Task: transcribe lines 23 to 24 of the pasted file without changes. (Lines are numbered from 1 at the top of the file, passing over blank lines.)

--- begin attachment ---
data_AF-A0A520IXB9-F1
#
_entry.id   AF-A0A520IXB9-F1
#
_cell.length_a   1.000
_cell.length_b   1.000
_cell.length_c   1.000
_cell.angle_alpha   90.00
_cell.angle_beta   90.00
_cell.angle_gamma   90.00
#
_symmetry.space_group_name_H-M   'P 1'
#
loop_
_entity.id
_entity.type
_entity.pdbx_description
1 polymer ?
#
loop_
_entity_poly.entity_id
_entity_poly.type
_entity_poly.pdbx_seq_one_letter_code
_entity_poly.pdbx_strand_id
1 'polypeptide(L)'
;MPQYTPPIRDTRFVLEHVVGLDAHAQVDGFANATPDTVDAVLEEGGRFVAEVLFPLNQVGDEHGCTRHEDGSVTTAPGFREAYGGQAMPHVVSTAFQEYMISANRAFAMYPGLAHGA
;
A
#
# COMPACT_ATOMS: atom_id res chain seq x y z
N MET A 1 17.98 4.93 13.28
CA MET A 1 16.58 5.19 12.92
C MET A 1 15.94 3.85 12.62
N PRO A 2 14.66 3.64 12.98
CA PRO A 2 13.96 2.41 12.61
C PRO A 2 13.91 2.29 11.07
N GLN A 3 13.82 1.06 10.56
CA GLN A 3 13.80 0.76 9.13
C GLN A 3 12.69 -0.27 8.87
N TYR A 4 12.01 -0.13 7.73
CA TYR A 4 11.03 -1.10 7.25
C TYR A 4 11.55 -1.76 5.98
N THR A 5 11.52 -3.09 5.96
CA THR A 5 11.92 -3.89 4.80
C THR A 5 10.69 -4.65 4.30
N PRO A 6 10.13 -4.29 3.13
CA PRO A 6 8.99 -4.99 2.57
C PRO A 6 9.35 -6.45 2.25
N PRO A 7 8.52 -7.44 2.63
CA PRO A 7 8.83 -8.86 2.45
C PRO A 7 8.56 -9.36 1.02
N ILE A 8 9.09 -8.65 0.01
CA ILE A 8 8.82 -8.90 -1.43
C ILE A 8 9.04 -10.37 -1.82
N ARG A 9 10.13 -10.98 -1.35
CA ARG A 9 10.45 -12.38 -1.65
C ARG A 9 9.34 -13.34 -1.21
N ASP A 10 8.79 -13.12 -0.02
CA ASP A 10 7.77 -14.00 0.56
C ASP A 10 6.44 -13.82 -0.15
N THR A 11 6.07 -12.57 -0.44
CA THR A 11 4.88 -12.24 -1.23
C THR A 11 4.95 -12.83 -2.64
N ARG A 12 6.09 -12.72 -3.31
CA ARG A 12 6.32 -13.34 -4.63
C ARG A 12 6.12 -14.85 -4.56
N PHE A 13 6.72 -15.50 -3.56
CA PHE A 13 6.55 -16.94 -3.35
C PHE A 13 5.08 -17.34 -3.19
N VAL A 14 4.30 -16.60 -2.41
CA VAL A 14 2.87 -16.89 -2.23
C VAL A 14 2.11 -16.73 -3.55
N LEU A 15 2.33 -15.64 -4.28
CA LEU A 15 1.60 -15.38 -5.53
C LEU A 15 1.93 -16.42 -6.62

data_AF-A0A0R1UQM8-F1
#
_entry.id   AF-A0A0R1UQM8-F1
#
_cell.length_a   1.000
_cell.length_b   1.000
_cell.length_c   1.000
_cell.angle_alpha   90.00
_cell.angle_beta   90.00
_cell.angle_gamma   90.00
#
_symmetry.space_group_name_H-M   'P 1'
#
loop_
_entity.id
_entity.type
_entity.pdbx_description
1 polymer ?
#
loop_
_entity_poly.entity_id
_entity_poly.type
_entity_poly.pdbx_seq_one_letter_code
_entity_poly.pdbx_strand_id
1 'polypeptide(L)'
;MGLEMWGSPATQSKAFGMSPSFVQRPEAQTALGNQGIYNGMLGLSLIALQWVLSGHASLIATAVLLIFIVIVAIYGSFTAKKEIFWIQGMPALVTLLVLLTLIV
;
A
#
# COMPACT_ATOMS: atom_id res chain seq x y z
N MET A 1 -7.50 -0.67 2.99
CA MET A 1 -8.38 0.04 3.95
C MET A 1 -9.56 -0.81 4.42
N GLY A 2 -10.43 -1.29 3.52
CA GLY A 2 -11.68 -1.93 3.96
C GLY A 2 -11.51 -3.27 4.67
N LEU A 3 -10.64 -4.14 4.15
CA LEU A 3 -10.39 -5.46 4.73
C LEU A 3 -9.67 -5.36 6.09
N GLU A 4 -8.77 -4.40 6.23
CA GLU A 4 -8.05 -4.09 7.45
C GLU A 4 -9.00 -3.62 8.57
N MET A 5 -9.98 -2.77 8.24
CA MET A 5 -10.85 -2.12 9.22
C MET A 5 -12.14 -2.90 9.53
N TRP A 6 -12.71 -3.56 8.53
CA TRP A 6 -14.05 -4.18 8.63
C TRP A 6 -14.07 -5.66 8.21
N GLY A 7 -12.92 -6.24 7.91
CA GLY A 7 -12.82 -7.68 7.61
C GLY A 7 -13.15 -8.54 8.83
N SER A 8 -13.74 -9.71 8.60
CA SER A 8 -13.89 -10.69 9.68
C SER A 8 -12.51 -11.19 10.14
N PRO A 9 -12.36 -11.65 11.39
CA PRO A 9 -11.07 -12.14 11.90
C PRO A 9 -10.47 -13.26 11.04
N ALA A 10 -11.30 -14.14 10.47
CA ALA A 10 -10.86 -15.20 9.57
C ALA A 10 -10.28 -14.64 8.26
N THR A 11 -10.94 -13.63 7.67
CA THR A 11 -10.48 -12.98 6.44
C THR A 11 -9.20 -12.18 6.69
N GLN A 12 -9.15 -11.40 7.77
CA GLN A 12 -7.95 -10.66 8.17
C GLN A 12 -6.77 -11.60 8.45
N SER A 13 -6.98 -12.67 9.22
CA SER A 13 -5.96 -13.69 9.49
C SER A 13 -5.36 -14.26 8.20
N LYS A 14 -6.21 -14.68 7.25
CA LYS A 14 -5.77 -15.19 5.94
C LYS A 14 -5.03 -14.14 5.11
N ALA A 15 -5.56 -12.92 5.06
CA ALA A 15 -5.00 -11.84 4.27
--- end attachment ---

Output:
_entity_poly.pdbx_seq_one_letter_code
_entity_poly.pdbx_strand_id